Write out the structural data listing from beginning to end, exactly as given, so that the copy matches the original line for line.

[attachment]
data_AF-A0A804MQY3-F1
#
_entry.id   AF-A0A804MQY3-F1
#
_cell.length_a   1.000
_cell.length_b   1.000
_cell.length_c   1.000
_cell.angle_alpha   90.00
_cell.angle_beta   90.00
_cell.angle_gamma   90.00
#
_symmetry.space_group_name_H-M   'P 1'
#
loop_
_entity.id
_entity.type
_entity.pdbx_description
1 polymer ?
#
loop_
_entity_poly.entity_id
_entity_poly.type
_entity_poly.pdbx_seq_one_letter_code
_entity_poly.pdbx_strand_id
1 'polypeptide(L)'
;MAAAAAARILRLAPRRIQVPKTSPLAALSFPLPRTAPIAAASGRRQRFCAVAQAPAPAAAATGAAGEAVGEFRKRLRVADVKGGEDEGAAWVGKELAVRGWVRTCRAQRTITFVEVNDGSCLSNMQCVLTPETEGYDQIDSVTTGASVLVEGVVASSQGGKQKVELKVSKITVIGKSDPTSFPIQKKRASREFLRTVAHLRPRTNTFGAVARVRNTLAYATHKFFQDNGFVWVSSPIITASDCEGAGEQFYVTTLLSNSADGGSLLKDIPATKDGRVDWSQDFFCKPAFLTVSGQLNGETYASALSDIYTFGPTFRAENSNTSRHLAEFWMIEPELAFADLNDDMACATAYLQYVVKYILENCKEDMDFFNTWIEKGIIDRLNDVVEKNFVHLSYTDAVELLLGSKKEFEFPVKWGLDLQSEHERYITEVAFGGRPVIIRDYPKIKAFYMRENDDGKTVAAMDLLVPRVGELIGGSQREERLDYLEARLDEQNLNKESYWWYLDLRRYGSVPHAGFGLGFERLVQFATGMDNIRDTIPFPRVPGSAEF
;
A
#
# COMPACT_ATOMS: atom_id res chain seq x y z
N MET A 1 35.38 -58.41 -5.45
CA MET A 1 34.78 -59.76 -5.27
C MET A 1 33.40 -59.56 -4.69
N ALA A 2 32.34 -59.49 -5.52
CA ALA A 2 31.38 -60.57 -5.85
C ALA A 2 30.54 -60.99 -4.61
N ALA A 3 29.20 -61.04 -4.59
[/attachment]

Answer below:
data_AF-A0A804MQY3-F1
#
_entry.id   AF-A0A804MQY3-F1
#
_cell.length_a   1.000
_cell.length_b   1.000
_cell.length_c   1.000
_cell.angle_alpha   90.00
_cell.angle_beta   90.00
_cell.angle_gamma   90.00
#
_symmetry.space_group_name_H-M   'P 1'
#
loop_
_entity.id
_entity.type
_entity.pdbx_description
1 polymer ?
#
loop_
_entity_poly.entity_id
_entity_poly.type
_entity_poly.pdbx_seq_one_letter_code
_entity_poly.pdbx_strand_id
1 'polypeptide(L)'
;MAAAAAARILRLAPRRIQVPKTSPLAALSFPLPRTAPIAAASGRRQRFCAVAQAPAPAAAATGAAGEAVGEFRKRLRVADVKGGEDEGAAWVGKELAVRGWVRTCRAQRTITFVEVNDGSCLSNMQCVLTPETEGYDQIDSVTTGASVLVEGVVASSQGGKQKVELKVSKITVIGKSDPTSFPIQKKRASREFLRTVAHLRPRTNTFGAVARVRNTLAYATHKFFQDNGFVWVSSPIITASDCEGAGEQFYVTTLLSNSADGGSLLKDIPATKDGRVDWSQDFFCKPAFLTVSGQLNGETYASALSDIYTFGPTFRAENSNTSRHLAEFWMIEPELAFADLNDDMACATAYLQYVVKYILENCKEDMDFFNTWIEKGIIDRLNDVVEKNFVHLSYTDAVELLLGSKKEFEFPVKWGLDLQSEHERYITEVAFGGRPVIIRDYPKIKAFYMRENDDGKTVAAMDLLVPRVGELIGGSQREERLDYLEARLDEQNLNKESYWWYLDLRRYGSVPHAGFGLGFERLVQFATGMDNIRDTIPFPRVPGSAEF
;
A
#
# COMPACT_ATOMS: atom_id res chain seq x y z
N MET A 1 35.38 -58.41 -5.45
CA MET A 1 34.78 -59.76 -5.27
C MET A 1 33.40 -59.56 -4.69
N ALA A 2 32.34 -59.49 -5.52
CA ALA A 2 31.38 -60.57 -5.85
C ALA A 2 30.54 -60.99 -4.61
N ALA A 3 29.20 -61.04 -4.59